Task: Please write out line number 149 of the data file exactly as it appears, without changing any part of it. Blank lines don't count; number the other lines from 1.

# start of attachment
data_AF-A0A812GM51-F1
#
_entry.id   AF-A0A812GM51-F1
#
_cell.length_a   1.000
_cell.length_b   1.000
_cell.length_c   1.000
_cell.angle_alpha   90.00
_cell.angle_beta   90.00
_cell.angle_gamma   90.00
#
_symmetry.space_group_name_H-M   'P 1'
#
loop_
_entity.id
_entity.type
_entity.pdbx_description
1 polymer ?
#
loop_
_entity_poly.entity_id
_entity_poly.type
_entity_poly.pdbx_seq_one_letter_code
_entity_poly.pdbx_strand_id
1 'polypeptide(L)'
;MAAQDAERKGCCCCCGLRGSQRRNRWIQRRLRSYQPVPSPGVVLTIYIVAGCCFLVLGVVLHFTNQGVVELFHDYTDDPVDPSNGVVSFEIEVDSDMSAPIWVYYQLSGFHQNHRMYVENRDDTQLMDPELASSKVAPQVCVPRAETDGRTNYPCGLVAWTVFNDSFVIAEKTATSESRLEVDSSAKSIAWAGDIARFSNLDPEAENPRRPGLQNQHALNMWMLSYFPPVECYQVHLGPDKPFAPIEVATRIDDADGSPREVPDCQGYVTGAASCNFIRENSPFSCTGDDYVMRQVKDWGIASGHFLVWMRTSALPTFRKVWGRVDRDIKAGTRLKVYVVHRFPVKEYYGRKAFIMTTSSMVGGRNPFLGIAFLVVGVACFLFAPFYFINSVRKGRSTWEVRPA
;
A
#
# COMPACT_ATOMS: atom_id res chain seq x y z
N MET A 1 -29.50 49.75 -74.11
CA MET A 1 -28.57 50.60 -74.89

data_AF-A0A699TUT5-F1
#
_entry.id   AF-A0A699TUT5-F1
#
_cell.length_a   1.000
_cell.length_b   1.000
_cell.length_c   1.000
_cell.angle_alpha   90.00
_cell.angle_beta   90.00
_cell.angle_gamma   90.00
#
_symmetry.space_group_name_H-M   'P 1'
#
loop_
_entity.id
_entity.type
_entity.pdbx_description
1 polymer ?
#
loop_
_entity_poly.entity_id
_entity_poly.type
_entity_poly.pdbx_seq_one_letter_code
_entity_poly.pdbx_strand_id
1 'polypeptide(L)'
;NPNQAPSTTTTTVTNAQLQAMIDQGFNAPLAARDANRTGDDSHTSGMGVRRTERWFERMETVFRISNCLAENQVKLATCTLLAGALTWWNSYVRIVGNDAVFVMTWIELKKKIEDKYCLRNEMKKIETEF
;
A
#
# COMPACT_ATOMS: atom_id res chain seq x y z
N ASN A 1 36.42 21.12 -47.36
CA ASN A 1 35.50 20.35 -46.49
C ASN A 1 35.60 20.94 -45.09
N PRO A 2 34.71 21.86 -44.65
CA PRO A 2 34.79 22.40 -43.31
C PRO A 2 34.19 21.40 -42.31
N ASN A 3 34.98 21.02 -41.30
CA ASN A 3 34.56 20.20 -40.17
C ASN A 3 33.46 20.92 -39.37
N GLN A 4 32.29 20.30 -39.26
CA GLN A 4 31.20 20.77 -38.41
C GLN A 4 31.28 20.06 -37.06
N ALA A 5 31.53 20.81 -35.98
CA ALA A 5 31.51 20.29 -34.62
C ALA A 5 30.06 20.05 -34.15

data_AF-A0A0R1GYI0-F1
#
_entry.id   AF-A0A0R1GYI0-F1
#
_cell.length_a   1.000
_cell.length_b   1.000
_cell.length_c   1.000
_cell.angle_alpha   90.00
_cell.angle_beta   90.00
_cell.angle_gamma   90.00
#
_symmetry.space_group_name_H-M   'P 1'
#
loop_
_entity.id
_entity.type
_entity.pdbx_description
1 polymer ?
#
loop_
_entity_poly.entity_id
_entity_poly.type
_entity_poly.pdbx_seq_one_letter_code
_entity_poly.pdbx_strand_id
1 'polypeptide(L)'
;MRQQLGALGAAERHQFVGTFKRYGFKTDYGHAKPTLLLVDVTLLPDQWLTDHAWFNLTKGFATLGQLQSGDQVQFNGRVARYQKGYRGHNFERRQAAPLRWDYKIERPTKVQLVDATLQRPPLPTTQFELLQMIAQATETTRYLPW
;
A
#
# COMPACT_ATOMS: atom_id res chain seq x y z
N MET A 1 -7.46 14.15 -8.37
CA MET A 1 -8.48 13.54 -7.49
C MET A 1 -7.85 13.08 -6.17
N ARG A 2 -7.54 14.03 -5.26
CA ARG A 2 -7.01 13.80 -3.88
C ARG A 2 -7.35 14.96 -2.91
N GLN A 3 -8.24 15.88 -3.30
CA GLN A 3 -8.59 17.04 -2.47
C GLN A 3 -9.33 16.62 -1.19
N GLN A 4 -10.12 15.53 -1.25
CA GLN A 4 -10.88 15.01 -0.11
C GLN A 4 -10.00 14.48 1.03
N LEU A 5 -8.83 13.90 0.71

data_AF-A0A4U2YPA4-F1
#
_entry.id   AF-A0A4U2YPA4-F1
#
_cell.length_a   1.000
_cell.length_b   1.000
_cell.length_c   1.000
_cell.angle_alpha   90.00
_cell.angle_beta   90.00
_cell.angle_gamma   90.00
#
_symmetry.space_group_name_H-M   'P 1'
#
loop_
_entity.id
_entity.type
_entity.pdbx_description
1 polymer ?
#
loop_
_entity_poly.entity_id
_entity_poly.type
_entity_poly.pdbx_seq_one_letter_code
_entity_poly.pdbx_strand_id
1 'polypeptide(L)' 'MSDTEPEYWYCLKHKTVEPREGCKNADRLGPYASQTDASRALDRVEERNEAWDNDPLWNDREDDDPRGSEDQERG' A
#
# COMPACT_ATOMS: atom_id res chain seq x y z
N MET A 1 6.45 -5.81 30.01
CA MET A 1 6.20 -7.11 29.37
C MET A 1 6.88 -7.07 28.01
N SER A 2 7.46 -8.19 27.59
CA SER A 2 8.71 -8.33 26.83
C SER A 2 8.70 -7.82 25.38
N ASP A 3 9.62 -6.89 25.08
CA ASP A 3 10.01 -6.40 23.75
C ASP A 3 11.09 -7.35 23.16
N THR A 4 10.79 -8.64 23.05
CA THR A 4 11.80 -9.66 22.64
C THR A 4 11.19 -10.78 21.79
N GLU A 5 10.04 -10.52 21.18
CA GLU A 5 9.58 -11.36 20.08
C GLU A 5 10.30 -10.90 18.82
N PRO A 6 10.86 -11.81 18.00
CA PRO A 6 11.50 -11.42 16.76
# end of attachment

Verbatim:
CA MET A 1 6.20 -7.11 29.37